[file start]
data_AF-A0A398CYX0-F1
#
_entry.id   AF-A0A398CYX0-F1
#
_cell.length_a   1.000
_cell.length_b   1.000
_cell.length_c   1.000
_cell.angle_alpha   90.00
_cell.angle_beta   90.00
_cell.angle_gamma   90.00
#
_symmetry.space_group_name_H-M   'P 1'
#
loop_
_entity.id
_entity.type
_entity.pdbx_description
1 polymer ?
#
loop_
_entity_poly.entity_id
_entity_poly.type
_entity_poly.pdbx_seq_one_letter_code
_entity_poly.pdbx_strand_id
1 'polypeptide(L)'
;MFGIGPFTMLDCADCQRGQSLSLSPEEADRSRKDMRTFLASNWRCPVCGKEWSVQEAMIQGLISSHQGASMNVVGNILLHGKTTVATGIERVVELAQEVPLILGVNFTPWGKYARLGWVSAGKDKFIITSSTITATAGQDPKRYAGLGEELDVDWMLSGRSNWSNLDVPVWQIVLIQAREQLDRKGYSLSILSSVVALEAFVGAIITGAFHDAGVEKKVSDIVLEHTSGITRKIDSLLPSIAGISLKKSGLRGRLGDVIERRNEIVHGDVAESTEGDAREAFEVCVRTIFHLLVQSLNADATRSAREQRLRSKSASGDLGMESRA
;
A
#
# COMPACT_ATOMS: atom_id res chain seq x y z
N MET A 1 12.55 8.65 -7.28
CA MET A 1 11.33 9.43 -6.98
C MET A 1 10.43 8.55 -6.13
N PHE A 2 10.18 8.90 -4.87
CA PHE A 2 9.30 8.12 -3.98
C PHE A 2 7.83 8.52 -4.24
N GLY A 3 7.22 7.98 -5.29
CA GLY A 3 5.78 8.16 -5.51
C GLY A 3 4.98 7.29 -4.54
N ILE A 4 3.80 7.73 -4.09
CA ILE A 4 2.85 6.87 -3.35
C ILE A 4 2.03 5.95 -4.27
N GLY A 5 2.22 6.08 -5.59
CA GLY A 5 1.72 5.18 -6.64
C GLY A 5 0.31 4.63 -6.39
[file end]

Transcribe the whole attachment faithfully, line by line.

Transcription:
data_AF-A0A398CYX0-F1
#
_entry.id   AF-A0A398CYX0-F1
#
_cell.length_a   1.000
_cell.length_b   1.000
_cell.length_c   1.000
_cell.angle_alpha   90.00
_cell.angle_beta   90.00
_cell.angle_gamma   90.00
#
_symmetry.space_group_name_H-M   'P 1'
#
loop_
_entity.id
_entity.type
_entity.pdbx_description
1 polymer ?
#
loop_
_entity_poly.entity_id
_entity_poly.type
_entity_poly.pdbx_seq_one_letter_code
_entity_poly.pdbx_strand_id
1 'polypeptide(L)'
;MFGIGPFTMLDCADCQRGQSLSLSPEEADRSRKDMRTFLASNWRCPVCGKEWSVQEAMIQGLISSHQGASMNVVGNILLHGKTTVATGIERVVELAQEVPLILGVNFTPWGKYARLGWVSAGKDKFIITSSTITATAGQDPKRYAGLGEELDVDWMLSGRSNWSNLDVPVWQIVLIQAREQLDRKGYSLSILSSVVALEAFVGAIITGAFHDAGVEKKVSDIVLEHTSGITRKIDSLLPSIAGISLKKSGLRGRLGDVIERRNEIVHGDVAESTEGDAREAFEVCVRTIFHLLVQSLNADATRSAREQRLRSKSASGDLGMESRA
;
A
#
# COMPACT_ATOMS: atom_id res chain seq x y z
N MET A 1 12.55 8.65 -7.28
CA MET A 1 11.33 9.43 -6.98
C MET A 1 10.43 8.55 -6.13
N PHE A 2 10.18 8.90 -4.87
CA PHE A 2 9.30 8.12 -3.98
C PHE A 2 7.83 8.52 -4.24
N GLY A 3 7.22 7.98 -5.29
CA GLY A 3 5.78 8.16 -5.51
C GLY A 3 4.98 7.29 -4.54
N ILE A 4 3.80 7.73 -4.09
CA ILE A 4 2.85 6.87 -3.35
C ILE A 4 2.03 5.95 -4.27
N GLY A 5 2.22 6.08 -5.59
CA GLY A 5 1.72 5.18 -6.64
C GLY A 5 0.31 4.63 -6.39